Friday, September 29, 2006
John Reid's speech and Cherie's blast batter Brown
Monday, September 25, 2006
Bloomberg reports Cherie calls Brown a liar
By Carolin Lotter and Robert Hutton
(Corrects auditorium to conference center in second paragraph.)
Sept. 25 (Bloomberg) -- Tony Blair's wife, Cherie, walked out of a speech by U.K. Chancellor of the Exchequer Gordon Brown, accusing him of misleading the public about his relationship with the prime minister.
As Brown told the Labour Party conference in Manchester that it had been a ``privilege for me to work with and for'' the premier, Mrs. Blair left the conference center saying ``well that's a lie.''
Brown has been accused by Blair allies including former Home Secretary Charles Clarke of plotting to undermine his leadership. Blair has been in charge of the Labour Party for 12 years, since Brown stood aside to give him a clear run at the leadership.
Sunday, September 24, 2006
Home Office Minister Shares Scandal
Saturday, September 23, 2006
Is Osama Bin Laden dead from typhoid
Friday, September 22, 2006
New York Times editorial calls for Blair's head
EU divided on abandoning vetoes on Justice & Home Affairs
Patten to promote non-democratic EU Constitution revival
Labour set to plunder public purse
Thursday, September 21, 2006
Shadow Home Secretary's letter on Habeas Corpus
It takes a booster seat to get Boris irate on the EU
I would resent this law badly enough as an infringement of my liberty to decide how to convey my own children in my own car. But the main reason why I am so angry is that this stupid and impertinent law was not even generated by the British Government. It wasn't some gentleman in Whitehall who decided he knew best about booster seats. It wasn't even the brainchild of the UK health and safety industry. It is, of course, an EU directive, which means that elected British politicians have been given neither the means nor the opportunity to contest it – or even to debate it.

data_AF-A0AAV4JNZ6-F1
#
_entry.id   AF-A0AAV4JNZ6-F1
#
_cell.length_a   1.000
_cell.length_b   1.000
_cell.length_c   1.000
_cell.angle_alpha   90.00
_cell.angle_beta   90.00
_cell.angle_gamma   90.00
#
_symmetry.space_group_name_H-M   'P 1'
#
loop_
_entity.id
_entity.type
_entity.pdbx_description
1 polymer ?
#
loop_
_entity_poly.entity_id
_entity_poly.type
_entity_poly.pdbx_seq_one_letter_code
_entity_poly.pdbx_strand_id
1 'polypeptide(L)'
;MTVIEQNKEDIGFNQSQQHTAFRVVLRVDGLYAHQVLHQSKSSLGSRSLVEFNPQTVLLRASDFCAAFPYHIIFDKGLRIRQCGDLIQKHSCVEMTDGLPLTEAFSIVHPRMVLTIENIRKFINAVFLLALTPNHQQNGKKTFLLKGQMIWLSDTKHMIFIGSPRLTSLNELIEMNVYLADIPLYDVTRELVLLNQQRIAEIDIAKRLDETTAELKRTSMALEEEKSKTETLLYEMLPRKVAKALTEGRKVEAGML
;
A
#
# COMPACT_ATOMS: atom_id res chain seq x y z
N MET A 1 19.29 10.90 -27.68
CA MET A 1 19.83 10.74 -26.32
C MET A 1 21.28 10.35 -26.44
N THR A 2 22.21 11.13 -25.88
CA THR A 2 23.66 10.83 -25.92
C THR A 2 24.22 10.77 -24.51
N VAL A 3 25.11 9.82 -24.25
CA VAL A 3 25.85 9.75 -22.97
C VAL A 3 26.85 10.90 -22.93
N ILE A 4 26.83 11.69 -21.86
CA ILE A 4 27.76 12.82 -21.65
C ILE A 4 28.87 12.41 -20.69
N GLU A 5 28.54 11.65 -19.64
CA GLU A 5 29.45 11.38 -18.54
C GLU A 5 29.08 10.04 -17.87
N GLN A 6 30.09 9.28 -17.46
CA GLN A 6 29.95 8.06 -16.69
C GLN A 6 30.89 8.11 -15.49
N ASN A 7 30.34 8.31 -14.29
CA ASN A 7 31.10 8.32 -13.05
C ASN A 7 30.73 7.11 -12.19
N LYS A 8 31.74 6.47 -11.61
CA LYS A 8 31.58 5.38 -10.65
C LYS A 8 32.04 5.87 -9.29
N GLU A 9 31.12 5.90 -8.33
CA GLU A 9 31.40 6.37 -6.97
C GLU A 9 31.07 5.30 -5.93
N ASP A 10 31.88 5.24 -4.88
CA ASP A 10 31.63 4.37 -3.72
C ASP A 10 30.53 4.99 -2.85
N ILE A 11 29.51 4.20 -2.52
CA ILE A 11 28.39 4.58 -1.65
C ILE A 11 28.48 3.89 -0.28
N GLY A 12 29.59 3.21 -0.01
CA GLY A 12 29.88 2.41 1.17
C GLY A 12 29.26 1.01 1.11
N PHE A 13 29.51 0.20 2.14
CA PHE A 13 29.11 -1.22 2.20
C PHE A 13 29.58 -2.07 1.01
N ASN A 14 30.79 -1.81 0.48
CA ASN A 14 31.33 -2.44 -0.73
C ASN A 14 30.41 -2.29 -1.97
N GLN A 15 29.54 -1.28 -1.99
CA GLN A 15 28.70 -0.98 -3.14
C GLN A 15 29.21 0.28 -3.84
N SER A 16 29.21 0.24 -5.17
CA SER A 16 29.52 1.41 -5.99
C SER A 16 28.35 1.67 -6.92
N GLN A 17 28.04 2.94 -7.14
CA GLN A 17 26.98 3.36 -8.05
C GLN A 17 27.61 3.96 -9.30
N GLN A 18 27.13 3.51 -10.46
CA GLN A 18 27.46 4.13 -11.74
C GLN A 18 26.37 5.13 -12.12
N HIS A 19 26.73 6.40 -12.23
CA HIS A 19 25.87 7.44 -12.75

This EU directive, 2003/20/EC, arises because a few years ago some lonely and bored European Commission official was persuaded (no doubt by the booster seat industry) that in some circumstances children under 135cm would be safer with booster seats.
So a directive was drawn up. Even if any EU government had dared oppose this "child safety" measure, that government could have been simply outvoted – while looking cavalier about the wellbeing of our little ones. The UK therefore apathetically connived in the exercise, and the directive was sent for "scrutiny" before parliament's European Scrutiny Committee.
Needless to say, there was no discussion or "scrutiny", since the huge volume of EU legislation makes this impractical. As it rubber-stamped the directive (and bear in mind that there is no way Parliament, at that or any other stage, could have said no) the committee did ask two questions. How much would these seats cost the average family, and how many lives would be saved?
Four years later, long after this directive has become irreversible, the Government has replied. They don't know how much it will cost, they say, but the measure "might save" the lives of 1.5 children per year. In the whole country.To be fair to the ex-Brussels correspondent, who is more aware of the grave crisis being caused by the EU than he is prepared to let on, he sometimes gets things spot on. His column of 31st August on the NHS inequities between England and Scotland is still clearly making ripples. That piece is linked from here.
Remaining Smarties manufacture moved to Germany
Wednesday, September 20, 2006
Government economies continue to threaten our armed forces
Finally some pressure on Habeas Corpus
Tuesday, September 19, 2006
Penny pinchers deny forces personnel proper protection